Now, at last, when Jim could not change his mind about color or size....they came to pay their debt. We've never had a great deal of the wealth of this world," she confided, "but, right now, Jim would consider himself the richest man in Idaho."

With loving gentleness she lifted the lifeless fingers of her deceased husband. Resting underneath were three, magnificently shiny, red marbles. 
    
The moral:
We will not be remembered by our words, but by our kind deeds. 

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Tuesday, June 18, 2019

Sioux Indian Story

"My grandfather took me to the fish pond on the farm when I was about seven, and he told me to throw a stone into the water. He told me to watch the circles created by the stone. Then he asked me to think of myself as that stone person.

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"You may create lots of splashes in your life but the waves that come from those splashes will disturb the peace of all your fellow creatures," he said.

"Remember that you are responsible for what you put in your circle and that circle will also touch many other circles. You will need to live in a way that allows the good that comes from your circle to send the peace of that goodness to others. The splash that comes from anger or jealousy will send those feelings to other circles. You are responsible for both."

That was the first time I realized each person creates the inner peace or discord that flows out into the world. We cannot create world peace if we are riddled with inner conflict, hatred, doubt or anger. We radiate the feelings and thoughts that we hold inside, whether we speak them or not. Whatever is splashing around inside of us is spilling out into the world, creating beauty or discord with all other circles of life. 

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Monday, June 17, 2019

Thief by Larry Harp

I remember as a small child when we would have these gatherings with either family or friends. Invariably someone would come up and mention my "cuteness" and ask, "What are you going to be when you grow up?"

Well, it started out being a cowboy or some super hero. Later it was fireman, policeman, lawyer... As I grew older my dreams of the future changed. When, at last, I was in college, I was asked, "What will you major in?" Another question designed to find out what I would be when I "grew up."

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By then I had my heart set on becoming a preacher as my father before me. So I studied and prepared for that life. I reached success in that endeavor. I was preaching nearly full-time for much of my adult life. Physical disability keeps me from plying my trade full-time anymore, but I still am called upon to preach here and there. I am content that I could realize my dream and perhaps have a positive influence on someone's life. My kids are now reaching their dreams and it thrills me to watch them achieve their goals.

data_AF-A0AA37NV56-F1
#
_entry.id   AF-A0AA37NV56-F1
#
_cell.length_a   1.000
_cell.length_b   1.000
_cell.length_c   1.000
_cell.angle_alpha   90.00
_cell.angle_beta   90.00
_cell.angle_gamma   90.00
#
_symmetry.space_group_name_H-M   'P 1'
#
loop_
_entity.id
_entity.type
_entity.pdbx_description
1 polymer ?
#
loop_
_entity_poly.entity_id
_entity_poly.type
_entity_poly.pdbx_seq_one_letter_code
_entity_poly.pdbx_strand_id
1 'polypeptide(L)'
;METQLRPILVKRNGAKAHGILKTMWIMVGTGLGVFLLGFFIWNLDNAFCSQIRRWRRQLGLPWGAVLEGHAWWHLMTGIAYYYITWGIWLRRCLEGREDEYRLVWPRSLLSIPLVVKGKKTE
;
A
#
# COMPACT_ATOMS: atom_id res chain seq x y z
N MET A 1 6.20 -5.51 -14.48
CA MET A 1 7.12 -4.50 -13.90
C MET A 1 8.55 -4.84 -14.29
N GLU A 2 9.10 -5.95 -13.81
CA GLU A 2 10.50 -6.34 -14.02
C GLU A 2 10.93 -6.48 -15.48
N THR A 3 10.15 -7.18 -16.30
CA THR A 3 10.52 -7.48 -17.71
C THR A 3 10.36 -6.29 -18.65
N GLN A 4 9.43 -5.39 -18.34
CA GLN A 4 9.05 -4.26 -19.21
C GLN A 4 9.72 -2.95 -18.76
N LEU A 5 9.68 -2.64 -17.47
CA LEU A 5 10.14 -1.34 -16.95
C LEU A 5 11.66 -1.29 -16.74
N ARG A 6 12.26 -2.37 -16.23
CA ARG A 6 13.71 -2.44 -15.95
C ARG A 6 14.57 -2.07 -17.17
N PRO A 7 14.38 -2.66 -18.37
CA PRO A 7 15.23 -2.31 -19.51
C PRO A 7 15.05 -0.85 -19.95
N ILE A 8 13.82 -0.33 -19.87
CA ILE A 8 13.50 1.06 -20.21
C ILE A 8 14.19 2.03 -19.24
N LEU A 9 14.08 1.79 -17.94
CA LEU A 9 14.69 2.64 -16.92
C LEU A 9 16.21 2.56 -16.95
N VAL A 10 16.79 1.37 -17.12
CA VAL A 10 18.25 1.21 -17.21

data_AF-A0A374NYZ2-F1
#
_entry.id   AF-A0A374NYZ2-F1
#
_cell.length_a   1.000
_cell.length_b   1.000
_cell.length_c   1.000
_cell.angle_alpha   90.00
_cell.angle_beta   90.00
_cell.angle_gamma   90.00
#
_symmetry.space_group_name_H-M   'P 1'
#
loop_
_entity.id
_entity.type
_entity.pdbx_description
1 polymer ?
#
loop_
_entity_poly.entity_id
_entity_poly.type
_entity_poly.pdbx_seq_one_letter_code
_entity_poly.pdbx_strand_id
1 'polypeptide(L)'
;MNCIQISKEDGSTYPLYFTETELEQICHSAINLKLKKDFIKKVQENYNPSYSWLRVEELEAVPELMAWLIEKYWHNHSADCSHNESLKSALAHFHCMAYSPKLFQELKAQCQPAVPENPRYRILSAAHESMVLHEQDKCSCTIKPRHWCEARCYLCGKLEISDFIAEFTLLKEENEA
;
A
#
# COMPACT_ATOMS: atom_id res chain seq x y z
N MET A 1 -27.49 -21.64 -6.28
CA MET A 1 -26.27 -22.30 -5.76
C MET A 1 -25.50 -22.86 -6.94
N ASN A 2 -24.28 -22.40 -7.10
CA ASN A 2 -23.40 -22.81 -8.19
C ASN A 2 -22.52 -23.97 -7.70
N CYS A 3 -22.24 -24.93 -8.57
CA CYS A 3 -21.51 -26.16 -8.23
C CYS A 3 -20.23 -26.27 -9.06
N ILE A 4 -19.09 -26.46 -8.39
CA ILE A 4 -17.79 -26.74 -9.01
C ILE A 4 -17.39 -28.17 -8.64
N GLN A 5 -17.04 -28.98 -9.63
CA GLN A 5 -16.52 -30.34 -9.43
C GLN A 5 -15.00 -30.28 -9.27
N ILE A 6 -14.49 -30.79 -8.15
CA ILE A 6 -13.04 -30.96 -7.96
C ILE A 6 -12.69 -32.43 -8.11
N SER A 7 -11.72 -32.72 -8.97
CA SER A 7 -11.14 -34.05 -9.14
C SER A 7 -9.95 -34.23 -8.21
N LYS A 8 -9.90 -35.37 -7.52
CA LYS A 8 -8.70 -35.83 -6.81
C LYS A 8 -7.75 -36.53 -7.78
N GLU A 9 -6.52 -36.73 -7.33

However, for many, there is a "thief" which goes around stealing our dreams and robbing us of the necessary mental state to attain our goals.

Sometimes, the thief will come as a parent, a relative, a friend or a co-worker, but the greatest thief is, so many times, just ourselves.

We find ourselves just about reaching the pinnacle, and this "small" voice inside says, "You'll never make it." "You can't possibly do this." "Very few have ever done this successfully." And on an don the "small" voice predicts some kind of failure. Failure, though, is exactly how dreams are realized. It is one of the most important tools we have, because it teaches us invaluable lessons. And, when we learn these lessons well, we are poised and ready for success, which is probably just around the corner.

The message I always gave my children was, you are capable of doing anything our heart desires. You are smart enough, good-looking enough, strong enough, and worthy of reaching the starts. The human spirit is indomitable. Remember the saying, "If you can conceive it, and your heart can believe it, you can achieve it."

There are no "overnight" successes, but with perseverance, it will come. Imagine yourself in the life you dream of living. Then in your heart, believe it will happen for you, as it has for others. Then work, work, work, work. You get the picture.

So, be true to your dream, and don't let anyone steal it form you -- especially yourself. You can do anything your heart desires, so don't give up or give in. Let the dream in you live.   

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Sunday, June 16, 2019

The Uncertainty Principle by Adam Khan

Two sailors ran into each other in a pub. Over a few beers, one of the men told the other about his last voyage: "After a month at sea," he said, "we discovered our masts had been eaten through by termites! Almost nothing left of them."

 

"That's terrible," said the second sailor.

"That's what I thought at first too," the first sailor said, "but it turned out to be good luck. As soon as we took the sails down to fix the masts, we were hit by a squall so suddenly and so  hard, it would surely have blown us over if our sails were up at the time."

"How lucky!"

"That's exactly what I thought at the time, too. But because our sails were down, we couldn't steer ourselves, and because of the wind, we were blown onto a reef. The hole in the hull was too big to fix. We were stranded."

"That is bad luck indeed."

"That's what I thought, too, when it first happened. But we all made it to the beach alive and had plenty to eat. But now here's the real kicker: While we were on the island whining about our terrible fate, we discovered a buried treasure!"

As this story illustrates, you don't know if an event is "good" or "bad" except maybe in retrospect, and even then you don't really know because life keeps going. The story's not over yet. Just because something hasn't turned out to be an advantage yet doesn't mean it is not ever going to.